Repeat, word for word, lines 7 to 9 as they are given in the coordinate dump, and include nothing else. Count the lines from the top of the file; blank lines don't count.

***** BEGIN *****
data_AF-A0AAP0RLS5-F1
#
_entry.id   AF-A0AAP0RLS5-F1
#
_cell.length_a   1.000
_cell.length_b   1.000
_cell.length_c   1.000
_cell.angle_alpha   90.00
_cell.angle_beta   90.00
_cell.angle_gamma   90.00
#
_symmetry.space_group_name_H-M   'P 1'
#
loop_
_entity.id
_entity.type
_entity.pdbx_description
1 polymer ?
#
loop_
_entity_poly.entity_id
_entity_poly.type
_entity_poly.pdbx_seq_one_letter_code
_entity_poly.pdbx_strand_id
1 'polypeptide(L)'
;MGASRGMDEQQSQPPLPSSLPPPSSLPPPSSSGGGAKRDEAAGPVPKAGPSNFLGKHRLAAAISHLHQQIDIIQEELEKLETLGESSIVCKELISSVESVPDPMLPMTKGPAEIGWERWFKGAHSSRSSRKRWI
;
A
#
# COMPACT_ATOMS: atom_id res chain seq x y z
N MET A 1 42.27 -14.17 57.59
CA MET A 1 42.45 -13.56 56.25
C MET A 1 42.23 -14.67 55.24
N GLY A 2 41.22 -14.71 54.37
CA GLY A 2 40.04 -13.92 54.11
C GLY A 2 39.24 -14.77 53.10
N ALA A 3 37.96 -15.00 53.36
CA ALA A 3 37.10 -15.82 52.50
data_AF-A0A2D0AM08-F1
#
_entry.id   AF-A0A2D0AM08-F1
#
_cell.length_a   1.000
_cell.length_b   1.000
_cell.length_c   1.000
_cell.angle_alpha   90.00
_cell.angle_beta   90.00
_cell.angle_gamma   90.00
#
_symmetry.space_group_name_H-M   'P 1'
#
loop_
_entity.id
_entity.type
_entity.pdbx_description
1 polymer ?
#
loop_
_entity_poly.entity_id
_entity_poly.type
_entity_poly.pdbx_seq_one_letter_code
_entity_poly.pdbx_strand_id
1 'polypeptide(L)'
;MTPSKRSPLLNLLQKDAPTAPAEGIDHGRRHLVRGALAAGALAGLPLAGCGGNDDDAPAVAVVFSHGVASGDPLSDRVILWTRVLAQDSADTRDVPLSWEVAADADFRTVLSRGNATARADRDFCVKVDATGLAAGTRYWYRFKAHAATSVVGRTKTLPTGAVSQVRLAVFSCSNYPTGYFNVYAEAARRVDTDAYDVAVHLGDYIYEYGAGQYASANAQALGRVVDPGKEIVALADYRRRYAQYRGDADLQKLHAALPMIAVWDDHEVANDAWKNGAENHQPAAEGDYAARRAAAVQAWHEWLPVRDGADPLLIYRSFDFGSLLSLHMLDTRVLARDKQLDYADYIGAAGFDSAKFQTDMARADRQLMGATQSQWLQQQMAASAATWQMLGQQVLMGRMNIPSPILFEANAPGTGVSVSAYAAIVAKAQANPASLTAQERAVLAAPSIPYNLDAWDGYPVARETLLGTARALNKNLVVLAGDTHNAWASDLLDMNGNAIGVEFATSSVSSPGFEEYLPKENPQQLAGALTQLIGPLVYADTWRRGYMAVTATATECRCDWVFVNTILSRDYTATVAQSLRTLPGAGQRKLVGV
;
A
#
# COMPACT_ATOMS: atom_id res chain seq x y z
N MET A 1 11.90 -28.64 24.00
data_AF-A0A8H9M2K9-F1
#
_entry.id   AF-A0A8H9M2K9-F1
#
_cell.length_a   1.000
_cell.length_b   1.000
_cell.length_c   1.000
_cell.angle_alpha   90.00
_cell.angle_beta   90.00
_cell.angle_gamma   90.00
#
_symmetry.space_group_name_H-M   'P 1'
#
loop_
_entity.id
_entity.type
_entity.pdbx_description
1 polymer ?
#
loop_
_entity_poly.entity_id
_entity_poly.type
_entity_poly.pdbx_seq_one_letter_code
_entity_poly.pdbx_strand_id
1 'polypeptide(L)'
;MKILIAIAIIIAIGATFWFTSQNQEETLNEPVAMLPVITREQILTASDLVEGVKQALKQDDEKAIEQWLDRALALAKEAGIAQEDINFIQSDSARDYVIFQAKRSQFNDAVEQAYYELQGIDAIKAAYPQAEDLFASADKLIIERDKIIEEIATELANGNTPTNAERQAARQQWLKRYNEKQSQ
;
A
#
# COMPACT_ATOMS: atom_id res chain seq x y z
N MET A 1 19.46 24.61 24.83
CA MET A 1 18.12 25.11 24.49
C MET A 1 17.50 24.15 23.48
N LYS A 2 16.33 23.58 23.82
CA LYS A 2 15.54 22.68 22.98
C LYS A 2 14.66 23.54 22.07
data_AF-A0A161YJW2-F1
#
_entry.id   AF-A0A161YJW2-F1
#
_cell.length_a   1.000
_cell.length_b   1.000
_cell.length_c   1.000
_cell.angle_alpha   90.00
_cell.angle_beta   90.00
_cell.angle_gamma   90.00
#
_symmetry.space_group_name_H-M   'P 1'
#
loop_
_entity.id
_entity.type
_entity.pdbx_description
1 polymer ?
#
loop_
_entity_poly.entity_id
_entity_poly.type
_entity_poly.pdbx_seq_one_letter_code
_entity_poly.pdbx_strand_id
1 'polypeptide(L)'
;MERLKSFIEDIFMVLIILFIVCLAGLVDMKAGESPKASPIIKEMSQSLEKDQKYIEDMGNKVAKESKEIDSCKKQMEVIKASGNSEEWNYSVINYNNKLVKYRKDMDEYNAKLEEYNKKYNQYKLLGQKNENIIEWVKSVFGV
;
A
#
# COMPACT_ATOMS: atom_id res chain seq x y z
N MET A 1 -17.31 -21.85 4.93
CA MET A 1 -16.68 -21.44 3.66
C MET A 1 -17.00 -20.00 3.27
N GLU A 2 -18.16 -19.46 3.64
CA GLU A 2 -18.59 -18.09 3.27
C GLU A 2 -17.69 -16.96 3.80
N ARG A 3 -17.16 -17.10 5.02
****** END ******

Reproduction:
_cell.length_c   1.000
_cell.angle_alpha   90.00
_cell.angle_beta   90.00